New California Law Aims To Curb Doctor Shopping By Opioid Addicts

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SACRAMENTO — Almost 13 years after a driver hooked on prescription painkillers drove into Bob Pack’s two young children on a sidewalk, killing them both, the Danville father on Tuesday finally got the call he has been waiting so long to receive.

Gov. Jerry Brown signed into law Senate Bill 482, which will require doctors to check a database for a patient’s prescription history before prescribing opioids and other potentially dangerous drugs.

“It was a like a deep sigh of relief for me, and it hit me kind of tearfully at the same time,’’ Pack, a 61-year-old tech entrepreneur, said of the call from Brown’s office.

“Because, you know, not only has it been a long effort, but it just immediately made me think of my two children and their little faces. And the loss.’’

On that fateful Oct. 26 night in 2003, Pack’s wife Carmen, their 10-year-old son, Troy, and 7-year-old daughter, Alana, were walking on a sidewalk on their way to get Slurpees when out of nowhere, Jimena Barreto’s car plowed into them. At the time of the accident, she had alcohol, Vicodin and muscle relaxants in her system.

The 49-year-old woman had three previous DUI convictions and was driving with a suspended license. She’d managed to obtain Vicodin prescriptions from six different Kaiser Permanente doctors, all unaware of each other’s prescriptions. Barreto was convicted of second-degree murder and sentenced to 30 years in prison.

The tragedy spurred Pack to work for years to persuade lawmakers to pass legislation that might prevent others from having to live through his nightmare, something he acknowledged Tuesday.

“I know that this is so meaningful for so many families that also have been harmed when they lost a relative or a child due to drug overdoses,’’ Pack said.

“I want to just express my sympathies for those families, and let them know we are all on the same journey together, and that there are so many families that are going to be spared this grief that we have had to endure’’ because of the new law, he said.

The law, which goes into effect Jan. 1, comes at a time when the U.S. is confronting a nationwide opioid epidemic that has resulted in more than 1,000 emergency room visits and 78 deaths every day across the country.

“I applaud Gov. Brown for signing SB 482,” said Gary Mendell, founder and CEO of Shatterproof, a national drug control group that supported the bill, authored by Sen. Ricardo Lara, D-Bell Gardens. “More than 4,000 Californians are dying every year from opioid addiction, and this law will help turn the tide.”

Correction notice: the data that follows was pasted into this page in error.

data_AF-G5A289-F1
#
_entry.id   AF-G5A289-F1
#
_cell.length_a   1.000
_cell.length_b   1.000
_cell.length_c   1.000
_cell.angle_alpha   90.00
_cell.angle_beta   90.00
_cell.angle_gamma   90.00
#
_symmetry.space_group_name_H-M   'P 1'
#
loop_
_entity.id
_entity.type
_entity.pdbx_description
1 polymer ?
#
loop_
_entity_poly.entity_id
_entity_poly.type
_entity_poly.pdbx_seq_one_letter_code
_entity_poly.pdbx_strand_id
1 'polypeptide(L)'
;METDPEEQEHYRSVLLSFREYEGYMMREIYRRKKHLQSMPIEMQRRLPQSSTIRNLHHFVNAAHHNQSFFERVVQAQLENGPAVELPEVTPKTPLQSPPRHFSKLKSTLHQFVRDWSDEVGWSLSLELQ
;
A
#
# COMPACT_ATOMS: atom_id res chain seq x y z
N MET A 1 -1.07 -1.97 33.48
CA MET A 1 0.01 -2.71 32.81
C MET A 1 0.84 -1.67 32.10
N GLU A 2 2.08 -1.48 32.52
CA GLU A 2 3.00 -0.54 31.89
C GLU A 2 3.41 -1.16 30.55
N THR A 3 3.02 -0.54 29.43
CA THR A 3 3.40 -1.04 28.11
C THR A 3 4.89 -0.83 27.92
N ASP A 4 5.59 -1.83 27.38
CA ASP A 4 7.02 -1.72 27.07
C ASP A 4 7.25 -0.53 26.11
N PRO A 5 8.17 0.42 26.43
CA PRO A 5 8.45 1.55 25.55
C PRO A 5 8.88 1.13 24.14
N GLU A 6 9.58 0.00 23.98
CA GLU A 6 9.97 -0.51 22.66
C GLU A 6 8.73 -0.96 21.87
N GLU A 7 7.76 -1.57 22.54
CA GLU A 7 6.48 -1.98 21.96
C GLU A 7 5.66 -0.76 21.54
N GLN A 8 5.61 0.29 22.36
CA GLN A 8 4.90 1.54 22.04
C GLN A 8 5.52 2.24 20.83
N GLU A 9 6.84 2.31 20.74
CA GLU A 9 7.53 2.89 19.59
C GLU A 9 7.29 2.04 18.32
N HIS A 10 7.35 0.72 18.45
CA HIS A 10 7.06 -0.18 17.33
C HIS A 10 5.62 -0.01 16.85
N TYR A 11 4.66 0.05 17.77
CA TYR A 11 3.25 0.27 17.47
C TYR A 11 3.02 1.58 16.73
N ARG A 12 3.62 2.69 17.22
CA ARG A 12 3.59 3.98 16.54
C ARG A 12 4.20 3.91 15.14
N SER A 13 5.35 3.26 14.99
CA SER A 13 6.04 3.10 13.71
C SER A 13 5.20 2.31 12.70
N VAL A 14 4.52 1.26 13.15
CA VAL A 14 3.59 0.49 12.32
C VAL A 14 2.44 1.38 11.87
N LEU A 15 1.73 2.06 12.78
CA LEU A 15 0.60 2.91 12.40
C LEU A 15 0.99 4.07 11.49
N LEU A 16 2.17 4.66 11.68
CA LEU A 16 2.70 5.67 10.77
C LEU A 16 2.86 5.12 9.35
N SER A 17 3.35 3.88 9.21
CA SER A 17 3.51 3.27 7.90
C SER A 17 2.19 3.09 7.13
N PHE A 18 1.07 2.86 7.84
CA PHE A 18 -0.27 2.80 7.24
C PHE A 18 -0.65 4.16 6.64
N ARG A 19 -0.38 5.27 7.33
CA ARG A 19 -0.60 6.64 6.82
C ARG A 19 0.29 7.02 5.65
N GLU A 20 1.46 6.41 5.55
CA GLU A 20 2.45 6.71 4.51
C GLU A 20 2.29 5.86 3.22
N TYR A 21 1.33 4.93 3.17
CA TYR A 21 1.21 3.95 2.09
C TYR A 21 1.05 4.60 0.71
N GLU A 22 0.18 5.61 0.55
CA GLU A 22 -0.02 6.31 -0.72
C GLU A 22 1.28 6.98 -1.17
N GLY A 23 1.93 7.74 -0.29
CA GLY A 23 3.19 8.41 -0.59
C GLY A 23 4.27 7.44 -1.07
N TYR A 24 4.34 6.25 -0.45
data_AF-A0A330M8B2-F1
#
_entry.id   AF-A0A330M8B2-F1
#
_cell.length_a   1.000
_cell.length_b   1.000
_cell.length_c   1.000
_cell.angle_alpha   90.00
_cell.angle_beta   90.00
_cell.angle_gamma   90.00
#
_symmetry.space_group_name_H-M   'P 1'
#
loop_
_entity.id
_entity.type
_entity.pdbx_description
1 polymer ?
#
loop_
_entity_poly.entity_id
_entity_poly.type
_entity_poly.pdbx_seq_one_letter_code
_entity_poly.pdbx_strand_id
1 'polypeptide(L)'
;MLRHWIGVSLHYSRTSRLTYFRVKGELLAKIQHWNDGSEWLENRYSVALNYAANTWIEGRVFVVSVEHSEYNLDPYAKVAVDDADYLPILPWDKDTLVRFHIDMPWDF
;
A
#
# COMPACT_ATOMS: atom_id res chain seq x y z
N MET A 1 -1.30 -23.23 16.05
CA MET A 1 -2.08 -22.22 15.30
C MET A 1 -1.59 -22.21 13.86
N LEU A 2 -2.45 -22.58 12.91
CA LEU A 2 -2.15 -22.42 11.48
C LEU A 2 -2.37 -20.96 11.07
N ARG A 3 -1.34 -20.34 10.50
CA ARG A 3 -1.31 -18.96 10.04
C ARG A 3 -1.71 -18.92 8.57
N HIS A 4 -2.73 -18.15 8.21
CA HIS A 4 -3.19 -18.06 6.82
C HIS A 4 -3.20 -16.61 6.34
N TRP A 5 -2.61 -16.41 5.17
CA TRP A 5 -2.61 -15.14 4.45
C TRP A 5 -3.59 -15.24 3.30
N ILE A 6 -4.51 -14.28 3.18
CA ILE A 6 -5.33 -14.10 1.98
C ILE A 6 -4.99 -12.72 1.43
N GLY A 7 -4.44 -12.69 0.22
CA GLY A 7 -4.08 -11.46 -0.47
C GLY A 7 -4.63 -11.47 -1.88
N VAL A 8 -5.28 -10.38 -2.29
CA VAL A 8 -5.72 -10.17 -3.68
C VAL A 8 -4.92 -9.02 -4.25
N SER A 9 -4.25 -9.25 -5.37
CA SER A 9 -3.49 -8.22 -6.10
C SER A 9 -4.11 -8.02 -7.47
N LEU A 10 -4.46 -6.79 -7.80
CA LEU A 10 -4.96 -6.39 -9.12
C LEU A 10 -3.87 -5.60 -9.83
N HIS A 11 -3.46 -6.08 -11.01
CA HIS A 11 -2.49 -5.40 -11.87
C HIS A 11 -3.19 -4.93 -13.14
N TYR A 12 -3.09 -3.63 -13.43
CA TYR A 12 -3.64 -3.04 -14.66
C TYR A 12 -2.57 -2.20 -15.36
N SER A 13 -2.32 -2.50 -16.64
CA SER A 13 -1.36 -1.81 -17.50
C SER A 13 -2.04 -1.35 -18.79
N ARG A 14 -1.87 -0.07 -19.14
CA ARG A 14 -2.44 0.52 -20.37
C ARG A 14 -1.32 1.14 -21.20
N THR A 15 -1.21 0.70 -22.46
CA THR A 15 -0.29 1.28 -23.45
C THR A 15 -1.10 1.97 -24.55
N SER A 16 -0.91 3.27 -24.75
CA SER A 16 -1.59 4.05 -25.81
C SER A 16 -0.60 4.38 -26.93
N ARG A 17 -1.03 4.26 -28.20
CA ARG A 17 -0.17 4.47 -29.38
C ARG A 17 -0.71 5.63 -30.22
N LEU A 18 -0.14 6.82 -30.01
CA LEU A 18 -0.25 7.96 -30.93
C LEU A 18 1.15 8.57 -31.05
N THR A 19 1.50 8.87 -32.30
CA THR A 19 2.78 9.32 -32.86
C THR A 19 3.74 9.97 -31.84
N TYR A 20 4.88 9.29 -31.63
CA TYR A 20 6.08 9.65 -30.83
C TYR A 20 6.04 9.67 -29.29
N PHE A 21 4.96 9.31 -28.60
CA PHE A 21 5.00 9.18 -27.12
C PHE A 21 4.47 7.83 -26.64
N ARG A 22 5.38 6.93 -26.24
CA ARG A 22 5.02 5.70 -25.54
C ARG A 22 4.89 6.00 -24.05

California now joins two-dozen states that already require prescribers to check a state-based prescription drug monitoring system. New York reported a 75 percent reduction in “doctor shopping” for opiates after one year, while Kentucky saw opioid prescriptions fall by 8 percent.

Since September 2009, doctors have been able to voluntarily check the database online before writing prescriptions for controlled substances such as painkillers, muscle relaxants and amphetamines.

But the Packs and other advocates realized that few doctors took advantage of the database and this law makes it mandatory.

Still, there is no guarantee that doctors will follow the mandate, a weakness even Pack and the bill’s advocates acknowledge. They say one of the only ways the state Medical Board could learn that a doctor has not complied is if it finds out that a patient died from an overdose or an incident occurred like the one that led to the Packs’ tragedy. In such a case, doctors would face administrative action by the California Medical Board.

Advocates say it’s a step in the right direction.

“I’m very optimistic that California physicians will embrace this system and use it to effectively halt our prescription pain killer epidemic,” said Eric Bailey, spokesman for the Consumer Attorneys of California, which also supported the law.

If they don’t use it and tragedy ensues, Bailey believes they would open themselves up to problems.

Pack said Brown’s office has invited him and his family, wife Carmen and daughter Noelle, to meet personally with the governor on Wednesday.

“I know that he has 100 percent wanted this to become law and he has backed it very strongly … since he was the attorney general,’’ said Pack. “So I know how dedicated he has been with this.”

And he knows Troy and Alana are proud of all his efforts.

“I can only just imagine them hugging me and saying, ‘Way to go, Daddy!”’

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